Police use of facial recognition technology could soon be under review by state task force
Before wrapping up this year's legislative session, Colorado lawmakers approved a new task force to study how state and local government agencies use facial recognition technology. If Gov. Jared Polis signs off on the plan, a 15-member group will file a report in 2023 about the state's reliance on the technology in law enforcement and other fields, like education.
Lawmakers who sponsored the bill said artificial intelligence software has become a common part of everyday life despite the potential civil liberty issues it poses. Local police departments, for instance, often ask that the Department of Motor Vehicles use its facial recognition software to help identify possible suspects.
“There are major concerns about the use of facial recognition technologies. I think generally the population is probably not aware of the prevalence of government use,” Rep. Kerry Tipper said during a hearing in the House Committee on State, Civic, Military, and Veterans Affairs.
In addition to establishing the task force, the bill prohibits law enforcement agencies from using facial recognition for ongoing surveillance. It also requires them to obtain a warrant or court order authorizing its use.
Separately, the bill imposes a moratorium to prevent public and charter schools from adopting new contracts for facial recognition software until January 2025. Some schools use the technology to screen visitors. Bill sponsor Sen. Chris Hansen said they want to study the use of the software in schools before letting it continue to grow.
“There's a moratorium on new contracts until the facial recognition task force has a chance to review what's working and where we need safeguards,” Hansen said.
Some members of the security industry testified against the bill, arguing that facial recognition is an important tool for catching human traffickers and finding missing persons. They’ve maintained their opposition even after the two chambers made amendments to the bill that allow law enforcement agencies to bypass the ban if they have established probable cause or cleared other procedural hurdles.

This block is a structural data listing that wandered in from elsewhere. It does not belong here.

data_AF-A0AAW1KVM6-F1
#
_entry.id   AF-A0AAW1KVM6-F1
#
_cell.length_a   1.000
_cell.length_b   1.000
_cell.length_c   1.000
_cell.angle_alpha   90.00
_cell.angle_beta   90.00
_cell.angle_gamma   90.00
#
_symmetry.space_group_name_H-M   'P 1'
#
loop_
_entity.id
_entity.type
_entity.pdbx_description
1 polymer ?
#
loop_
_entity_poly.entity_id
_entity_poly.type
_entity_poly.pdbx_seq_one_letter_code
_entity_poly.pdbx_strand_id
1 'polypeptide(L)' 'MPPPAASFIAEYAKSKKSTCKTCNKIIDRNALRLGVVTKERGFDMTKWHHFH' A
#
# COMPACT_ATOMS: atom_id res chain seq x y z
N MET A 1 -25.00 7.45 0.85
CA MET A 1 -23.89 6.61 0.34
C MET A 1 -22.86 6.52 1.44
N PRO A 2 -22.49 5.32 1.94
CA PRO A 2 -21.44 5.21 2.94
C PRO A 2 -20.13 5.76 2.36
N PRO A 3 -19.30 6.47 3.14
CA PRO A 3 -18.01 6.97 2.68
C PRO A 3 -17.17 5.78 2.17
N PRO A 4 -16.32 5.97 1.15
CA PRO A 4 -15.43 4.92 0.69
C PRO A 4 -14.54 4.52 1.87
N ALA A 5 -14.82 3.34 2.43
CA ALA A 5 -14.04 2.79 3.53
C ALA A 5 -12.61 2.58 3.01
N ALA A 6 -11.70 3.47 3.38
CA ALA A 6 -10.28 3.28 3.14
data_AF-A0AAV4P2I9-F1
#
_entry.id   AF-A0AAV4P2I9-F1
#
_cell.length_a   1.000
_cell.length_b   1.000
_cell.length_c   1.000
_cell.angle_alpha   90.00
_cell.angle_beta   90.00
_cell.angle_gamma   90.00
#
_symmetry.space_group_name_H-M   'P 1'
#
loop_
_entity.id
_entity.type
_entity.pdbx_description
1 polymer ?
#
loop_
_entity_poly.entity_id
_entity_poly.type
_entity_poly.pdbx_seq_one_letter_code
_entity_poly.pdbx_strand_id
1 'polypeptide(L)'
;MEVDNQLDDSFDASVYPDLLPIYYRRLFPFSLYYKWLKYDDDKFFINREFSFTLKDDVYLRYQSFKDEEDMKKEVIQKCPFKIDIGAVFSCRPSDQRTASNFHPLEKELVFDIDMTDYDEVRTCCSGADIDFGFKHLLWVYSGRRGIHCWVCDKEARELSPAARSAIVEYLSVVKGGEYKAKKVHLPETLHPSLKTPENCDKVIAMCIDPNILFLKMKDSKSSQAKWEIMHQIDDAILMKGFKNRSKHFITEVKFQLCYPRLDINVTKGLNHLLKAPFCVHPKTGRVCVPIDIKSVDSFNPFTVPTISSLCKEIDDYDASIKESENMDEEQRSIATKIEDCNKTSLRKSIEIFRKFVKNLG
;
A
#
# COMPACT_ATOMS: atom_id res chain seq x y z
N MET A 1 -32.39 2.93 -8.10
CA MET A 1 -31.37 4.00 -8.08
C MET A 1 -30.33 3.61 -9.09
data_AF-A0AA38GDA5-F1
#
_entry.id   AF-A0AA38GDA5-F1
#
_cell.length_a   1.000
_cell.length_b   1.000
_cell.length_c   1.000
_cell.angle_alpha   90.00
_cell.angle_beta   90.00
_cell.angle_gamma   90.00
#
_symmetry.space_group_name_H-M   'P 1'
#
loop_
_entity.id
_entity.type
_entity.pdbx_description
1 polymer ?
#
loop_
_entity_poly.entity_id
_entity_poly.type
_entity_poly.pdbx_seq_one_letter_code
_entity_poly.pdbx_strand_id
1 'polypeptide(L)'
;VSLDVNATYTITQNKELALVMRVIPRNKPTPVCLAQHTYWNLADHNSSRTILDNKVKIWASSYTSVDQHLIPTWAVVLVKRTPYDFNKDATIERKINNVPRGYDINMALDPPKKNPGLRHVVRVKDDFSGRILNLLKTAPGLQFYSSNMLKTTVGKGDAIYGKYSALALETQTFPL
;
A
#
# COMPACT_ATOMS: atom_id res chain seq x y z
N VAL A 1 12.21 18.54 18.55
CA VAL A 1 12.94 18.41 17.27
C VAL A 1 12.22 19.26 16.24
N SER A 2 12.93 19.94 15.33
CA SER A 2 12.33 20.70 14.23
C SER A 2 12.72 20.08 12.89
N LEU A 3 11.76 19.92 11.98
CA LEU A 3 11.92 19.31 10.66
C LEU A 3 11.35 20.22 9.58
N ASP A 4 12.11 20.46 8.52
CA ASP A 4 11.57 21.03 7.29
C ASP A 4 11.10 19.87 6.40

“There are some oddities that could have significant public safety impact, such as requiring a court order simply to help identify a missing or deceased person,” said Jake Parker, a senior director of government relations at Security Industry Association, which represents 32 security companies headquartered in Colorado. “While the measure is a step in the right direction to establishing the right rules for use, we hope that the problematic elements can be addressed in future legislation.”
The bill’s supporters say their biggest concerns have to do with flaws in the technology itself. In one landmark study, researchers at Harvard found that face recognition algorithms are consistently less accurate when it comes to identifying female and non-white faces.
Christine Chang, an artificial intelligence scholar at the University of Colorado Boulder, argued in favor of the bill at several of its committee hearings. She thinks the technology needs to be reviewed and should be better regulated. Chang highlighted several wrongfully arrested people of color whose cases involved the misuse of facial recognition.
“Let us recall Robert Williams, Michael Oliver, and Nijeer Parks, all of whom were wrongfully arrested based on investigative leads provided by facial recognition software and all of whom suffered impacts on their lives that include jail time, work, absences, and effects on family members,” she said.
The three men Chang named in her testimony were all found to be wrongfully arrested following mistaken identification by police facial recognition software. In Williams’ case, prosecutors dropped shoplifting charges against him, arguing that police officers relied on “insufficient evidence.”
A spokesperson for Polis would not confirm whether the governor plans to sign the bill into law.
If he does, the committee will have representatives from different regions and industries, including attorneys, professors and police officers. It would make its first report to the Colorado Legislature in October 2023 and disband by 2027.
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